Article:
Production Studio: Studio Deen
Was this provided by the publisher? Yes
More Info: Anime News Network
Well friends, this is it. This is the title where I put my foot in it (if “it” can be described as an angry fandom beehive).
Firstly, some definitions are in order. Junjo Romantica is a popular title in the yaoi (boys love) genre. Yaoi features gay male romance, and is typically written for straight ladies, by straight ladies. If the detestably melodramatic plots that commonly pollute daytime television appeal to you, I’ll go ahead and recommend this now. You might rather enjoy Junjo Romantica, provided that you’re not homophobic. Or, if you like boys’ love (no matter how it’s executed), you should definitely pay this title a visit.
But for the rest of us, this beloved yaoi phenomenon falls flatter than a non-apology issued by leading politicians. First, here’s the synopsis.
Misaki is a senior in highschool who needs help getting into Mitsuhashi University. He’s lamenting his poor preliminary test scores, when he walks in on renowned author, Akihiko Usami, glommed onto his big brother. Misaki’s maidenly shock turns into intimidated surprise when he’s confronted with Usami “somehow” becoming his tutor during the opening credits.
When no one seems to be around on Misaki’s first day of tutoring, Misaki lets himself into Usami’s penthouse. There, he discovers that Usami also writes explicit stories featuring our foppish lead’s older brother. Misaki is overcome with maidenly rage this time, storming into Usami’s bedroom to scream stereotypes about this outrageous gayness… on behalf of his older brother, of course. Misaki’s fire is completely doused after opening the door. There sleeps the super-elite Usami, an apparent manchild, surrounded by children’s toys, in a dank cave made for twelve-year-olds.
Usami, being the man he is, immediately gives Misaki something else to be shocked and angry about by sexually molesting him. After that, for some reason, the two become dubious of their ability to get along. But they each privately decide that they will, for Misaki’s brother’s sake, find a way to coexist. You see, Usami is in a long-standing, unrequited, impossible love with the big brother. But that won’t stop him from touching the privates of his beloved’s younger brother, nor from hoping it’ll all work out with a straight guy.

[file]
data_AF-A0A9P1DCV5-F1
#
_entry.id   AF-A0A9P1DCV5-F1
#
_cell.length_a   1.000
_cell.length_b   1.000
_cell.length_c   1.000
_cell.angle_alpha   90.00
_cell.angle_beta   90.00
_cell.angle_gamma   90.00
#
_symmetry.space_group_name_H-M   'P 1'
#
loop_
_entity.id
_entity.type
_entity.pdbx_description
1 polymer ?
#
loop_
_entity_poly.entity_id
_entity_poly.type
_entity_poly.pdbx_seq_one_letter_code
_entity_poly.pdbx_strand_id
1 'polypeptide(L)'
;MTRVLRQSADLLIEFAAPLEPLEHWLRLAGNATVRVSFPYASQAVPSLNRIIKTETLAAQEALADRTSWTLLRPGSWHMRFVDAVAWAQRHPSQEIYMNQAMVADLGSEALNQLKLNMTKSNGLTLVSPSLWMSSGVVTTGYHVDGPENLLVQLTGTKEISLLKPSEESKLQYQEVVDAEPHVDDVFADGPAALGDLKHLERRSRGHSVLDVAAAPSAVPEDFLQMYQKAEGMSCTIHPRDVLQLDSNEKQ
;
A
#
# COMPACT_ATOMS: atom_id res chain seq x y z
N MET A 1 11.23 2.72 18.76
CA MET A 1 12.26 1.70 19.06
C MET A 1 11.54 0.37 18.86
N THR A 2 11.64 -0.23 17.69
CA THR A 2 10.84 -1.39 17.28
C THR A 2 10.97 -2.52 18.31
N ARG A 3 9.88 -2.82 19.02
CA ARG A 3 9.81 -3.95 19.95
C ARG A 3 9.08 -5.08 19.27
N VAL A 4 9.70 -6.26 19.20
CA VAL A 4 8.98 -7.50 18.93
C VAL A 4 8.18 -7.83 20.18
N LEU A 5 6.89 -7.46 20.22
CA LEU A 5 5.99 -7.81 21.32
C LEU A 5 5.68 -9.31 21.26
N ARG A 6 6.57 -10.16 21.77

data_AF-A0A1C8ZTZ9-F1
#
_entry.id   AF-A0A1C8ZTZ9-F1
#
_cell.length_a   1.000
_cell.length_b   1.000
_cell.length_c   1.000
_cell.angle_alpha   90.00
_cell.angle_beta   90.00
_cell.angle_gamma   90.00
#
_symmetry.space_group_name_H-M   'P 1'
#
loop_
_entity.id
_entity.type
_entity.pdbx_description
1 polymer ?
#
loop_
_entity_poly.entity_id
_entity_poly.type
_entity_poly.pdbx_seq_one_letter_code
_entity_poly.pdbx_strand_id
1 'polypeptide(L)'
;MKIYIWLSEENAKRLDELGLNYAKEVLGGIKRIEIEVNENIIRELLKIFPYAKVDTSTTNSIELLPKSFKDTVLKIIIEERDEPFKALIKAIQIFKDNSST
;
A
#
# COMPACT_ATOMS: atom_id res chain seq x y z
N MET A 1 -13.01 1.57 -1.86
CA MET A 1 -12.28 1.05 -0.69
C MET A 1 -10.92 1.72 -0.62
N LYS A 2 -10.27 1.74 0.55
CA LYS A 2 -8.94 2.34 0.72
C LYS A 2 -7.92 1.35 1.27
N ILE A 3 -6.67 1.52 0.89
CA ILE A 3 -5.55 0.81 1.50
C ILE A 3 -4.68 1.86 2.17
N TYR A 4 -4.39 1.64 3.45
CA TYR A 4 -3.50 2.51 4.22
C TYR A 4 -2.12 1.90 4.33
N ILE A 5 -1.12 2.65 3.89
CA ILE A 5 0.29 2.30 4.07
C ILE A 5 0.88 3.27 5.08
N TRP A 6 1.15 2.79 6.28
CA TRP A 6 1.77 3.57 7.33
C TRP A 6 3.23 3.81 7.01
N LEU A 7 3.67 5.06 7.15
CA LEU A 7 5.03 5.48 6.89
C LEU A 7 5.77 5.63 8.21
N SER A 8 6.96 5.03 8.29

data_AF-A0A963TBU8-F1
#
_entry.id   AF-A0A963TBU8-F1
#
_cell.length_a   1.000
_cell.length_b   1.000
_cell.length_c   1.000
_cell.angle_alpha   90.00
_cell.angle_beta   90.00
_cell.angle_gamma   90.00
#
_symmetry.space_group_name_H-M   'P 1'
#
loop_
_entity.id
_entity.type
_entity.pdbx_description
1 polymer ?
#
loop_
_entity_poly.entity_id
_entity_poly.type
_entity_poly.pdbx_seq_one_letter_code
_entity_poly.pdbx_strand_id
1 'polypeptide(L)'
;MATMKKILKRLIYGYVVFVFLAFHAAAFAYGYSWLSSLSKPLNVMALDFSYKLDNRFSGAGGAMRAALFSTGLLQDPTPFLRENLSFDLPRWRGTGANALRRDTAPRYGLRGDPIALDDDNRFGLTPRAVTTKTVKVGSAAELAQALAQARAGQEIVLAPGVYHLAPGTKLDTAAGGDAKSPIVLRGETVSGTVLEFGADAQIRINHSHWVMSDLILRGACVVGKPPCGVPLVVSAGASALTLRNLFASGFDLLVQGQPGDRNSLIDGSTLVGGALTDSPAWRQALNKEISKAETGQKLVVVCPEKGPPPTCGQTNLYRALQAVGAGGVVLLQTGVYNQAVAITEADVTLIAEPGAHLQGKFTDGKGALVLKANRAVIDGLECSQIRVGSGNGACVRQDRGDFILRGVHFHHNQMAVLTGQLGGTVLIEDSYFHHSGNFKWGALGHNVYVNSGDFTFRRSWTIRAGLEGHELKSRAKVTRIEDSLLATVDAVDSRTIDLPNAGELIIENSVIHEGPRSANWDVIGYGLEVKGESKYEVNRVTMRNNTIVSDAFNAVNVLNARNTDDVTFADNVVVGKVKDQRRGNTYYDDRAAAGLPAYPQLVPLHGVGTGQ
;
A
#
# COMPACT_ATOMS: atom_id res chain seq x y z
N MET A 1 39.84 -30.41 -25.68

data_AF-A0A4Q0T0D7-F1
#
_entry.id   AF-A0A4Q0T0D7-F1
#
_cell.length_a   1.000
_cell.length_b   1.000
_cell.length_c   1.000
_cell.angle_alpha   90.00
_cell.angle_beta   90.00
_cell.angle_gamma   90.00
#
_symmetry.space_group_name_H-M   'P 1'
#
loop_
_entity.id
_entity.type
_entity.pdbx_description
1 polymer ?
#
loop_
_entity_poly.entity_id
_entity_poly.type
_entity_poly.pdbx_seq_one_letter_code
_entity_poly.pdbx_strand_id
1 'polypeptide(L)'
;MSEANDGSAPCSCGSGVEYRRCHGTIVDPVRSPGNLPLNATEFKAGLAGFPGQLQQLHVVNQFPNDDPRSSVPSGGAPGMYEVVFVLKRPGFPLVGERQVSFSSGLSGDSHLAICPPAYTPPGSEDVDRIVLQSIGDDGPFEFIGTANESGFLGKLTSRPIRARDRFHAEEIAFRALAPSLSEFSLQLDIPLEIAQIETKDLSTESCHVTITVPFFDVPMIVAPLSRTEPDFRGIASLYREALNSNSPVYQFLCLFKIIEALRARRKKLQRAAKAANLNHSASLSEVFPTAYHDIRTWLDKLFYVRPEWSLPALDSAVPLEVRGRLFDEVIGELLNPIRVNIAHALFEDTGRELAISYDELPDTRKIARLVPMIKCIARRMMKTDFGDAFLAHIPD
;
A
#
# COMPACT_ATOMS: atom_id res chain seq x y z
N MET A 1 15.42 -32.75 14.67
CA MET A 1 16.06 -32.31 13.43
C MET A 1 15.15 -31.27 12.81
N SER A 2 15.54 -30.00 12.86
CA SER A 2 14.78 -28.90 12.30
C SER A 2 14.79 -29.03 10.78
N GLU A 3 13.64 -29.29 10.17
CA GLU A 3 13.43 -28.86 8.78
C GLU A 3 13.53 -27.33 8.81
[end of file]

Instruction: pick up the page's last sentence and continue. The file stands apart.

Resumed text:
Misaki studies hard under Usami, because he really wants to get into Mitsuhashi University. He soon develops feelings for his abusive tutor, which he agonizes confusedly over because he was never gay before being molested! So why now?!
Meanwhile, older brother gets engaged to a woman, and breaks Usami’s heart. Usami then transfers his affections to Misaki, who is actually attainable and caring for Usami’s heartbreak.
The rest is a similarly repugnant drama, which revolves around their new relationship, as well as the relationships of people they are introduced to throughout the series. Um, enjoy.
Now, what initially drew me to Junjo Romantica is probably its most interesting trait: it features a bunch of gay guys, living their very gay lives. It’s not something that’s often seen in slice-of-life anime, and certainly not without tired fetishizations featured toward a straight audience… but, unfortunately, that’s exactly what I found.
I was disappointed that Junjo Romantica didn’t do anything new with homosexual representation in anime. Well, unless you count highlighting so many gay couples? Since all of the main characters are gay, the show had ample opportunities (and three seasons) to do so. Instead, it merely appropriated gayness, and used it to re-costume exceptionally worn out tropes.
Let’s count them, shall we?
- The self-denying, petite, blushing tsundere. This one’s a real mass-produced firecracker!
- The rapey, possessive, spoiled-rich celebrity boy who’s really not that bad. Promise!
- All of the people jealous of the tsundere and the rapist who use their crappy personalities and nice talents to interfere with their relationship.
Rather than doing something interesting with the cast, Junjo Romantica wove its characters into a worn-out format, aimed at shallowly titillating straight girls. Of course, that’s what the yaoi market often is, right? Throw in some racy fanservice to make us blush in every episode, add some tedious drama, and it all comes together like C-Grade softcore porn for the ladies. So, I’m not complaining about the service done for yaoi fans. But I was hoping, to the point of expectation, for Junjo Romantica to be something more.
Well, I might be barking at the wind. I’m an outsider to both homosexuality and the boys’ love genre…so I really hope my gay editor leaves a note and sets me straighter.
Editor’s Note: No, you summed this up pretty well. To conjure my inner Ebert, I hated this show. Hated hated hated this show. Hated it. Hated every giggling, stupid, vacant, audience-insulting moment of it. Hated the sensibility that thought anyone would enjoy it. Hated the overt insult in suggesting that this is how gay couples really are. Hated the implied insult to the audience by its belief that anyone would ever be entertained by it. – MJF